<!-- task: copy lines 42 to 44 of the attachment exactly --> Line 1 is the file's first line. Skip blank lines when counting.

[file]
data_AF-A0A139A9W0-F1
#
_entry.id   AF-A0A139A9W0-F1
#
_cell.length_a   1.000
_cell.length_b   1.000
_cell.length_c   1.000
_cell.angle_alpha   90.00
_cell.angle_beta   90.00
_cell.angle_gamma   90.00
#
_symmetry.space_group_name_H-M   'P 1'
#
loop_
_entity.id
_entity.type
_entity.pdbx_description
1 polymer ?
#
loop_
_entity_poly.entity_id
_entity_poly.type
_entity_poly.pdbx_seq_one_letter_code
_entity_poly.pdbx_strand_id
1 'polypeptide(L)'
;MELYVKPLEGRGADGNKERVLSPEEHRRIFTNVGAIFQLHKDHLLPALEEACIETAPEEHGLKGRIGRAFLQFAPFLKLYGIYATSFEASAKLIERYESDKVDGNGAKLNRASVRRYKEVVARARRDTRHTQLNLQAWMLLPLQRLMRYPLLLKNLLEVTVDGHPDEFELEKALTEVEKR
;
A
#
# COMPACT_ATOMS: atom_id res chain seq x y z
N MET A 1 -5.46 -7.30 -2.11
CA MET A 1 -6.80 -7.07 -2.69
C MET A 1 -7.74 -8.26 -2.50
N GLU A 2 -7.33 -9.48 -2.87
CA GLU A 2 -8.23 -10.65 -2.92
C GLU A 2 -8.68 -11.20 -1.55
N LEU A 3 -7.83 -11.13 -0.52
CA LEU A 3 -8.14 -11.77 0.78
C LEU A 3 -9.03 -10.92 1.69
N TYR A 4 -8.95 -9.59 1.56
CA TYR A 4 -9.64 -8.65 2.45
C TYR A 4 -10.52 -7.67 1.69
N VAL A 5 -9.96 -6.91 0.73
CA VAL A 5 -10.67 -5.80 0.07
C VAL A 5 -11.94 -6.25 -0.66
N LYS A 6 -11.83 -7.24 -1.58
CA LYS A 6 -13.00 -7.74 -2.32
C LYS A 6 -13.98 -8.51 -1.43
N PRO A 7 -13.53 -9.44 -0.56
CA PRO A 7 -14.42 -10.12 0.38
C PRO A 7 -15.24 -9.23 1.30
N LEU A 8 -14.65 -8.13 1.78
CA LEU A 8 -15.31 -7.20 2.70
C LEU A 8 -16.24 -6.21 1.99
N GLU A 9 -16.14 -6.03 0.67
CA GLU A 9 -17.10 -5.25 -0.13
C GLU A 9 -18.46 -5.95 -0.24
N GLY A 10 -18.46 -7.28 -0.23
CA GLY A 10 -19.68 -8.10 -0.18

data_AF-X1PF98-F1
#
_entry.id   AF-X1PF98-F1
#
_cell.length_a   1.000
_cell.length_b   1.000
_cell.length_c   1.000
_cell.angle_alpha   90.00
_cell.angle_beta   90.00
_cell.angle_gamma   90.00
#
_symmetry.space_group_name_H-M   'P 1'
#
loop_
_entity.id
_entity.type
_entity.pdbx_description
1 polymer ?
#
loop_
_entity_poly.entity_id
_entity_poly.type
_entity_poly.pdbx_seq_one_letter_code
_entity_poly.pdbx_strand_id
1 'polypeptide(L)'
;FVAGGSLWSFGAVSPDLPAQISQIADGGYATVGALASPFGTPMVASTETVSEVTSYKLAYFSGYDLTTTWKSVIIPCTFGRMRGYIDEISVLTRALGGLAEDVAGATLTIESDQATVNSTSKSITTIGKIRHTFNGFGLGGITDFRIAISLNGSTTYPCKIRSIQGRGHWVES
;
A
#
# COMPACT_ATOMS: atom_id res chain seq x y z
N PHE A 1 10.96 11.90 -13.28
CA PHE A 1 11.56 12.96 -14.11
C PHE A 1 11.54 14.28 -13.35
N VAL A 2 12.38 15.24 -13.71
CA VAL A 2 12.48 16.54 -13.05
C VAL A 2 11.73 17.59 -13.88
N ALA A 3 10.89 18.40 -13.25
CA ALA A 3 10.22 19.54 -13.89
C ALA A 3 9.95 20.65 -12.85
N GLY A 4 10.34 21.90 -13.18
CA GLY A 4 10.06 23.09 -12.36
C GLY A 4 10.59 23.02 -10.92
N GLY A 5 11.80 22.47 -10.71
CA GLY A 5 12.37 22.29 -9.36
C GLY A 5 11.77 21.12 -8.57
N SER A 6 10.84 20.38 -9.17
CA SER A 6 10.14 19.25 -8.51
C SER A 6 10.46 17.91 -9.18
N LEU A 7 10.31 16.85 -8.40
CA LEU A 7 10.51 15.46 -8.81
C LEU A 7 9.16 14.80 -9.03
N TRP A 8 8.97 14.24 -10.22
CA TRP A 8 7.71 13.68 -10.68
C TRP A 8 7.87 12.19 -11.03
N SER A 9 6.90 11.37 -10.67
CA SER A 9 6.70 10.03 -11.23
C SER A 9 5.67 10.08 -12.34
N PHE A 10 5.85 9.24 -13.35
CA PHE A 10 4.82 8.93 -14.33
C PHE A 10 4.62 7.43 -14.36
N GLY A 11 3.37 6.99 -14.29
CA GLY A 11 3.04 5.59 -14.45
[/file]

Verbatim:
C TYR A 4 -10.52 -7.67 1.69
N VAL A 5 -9.96 -6.91 0.73
CA VAL A 5 -10.67 -5.80 0.07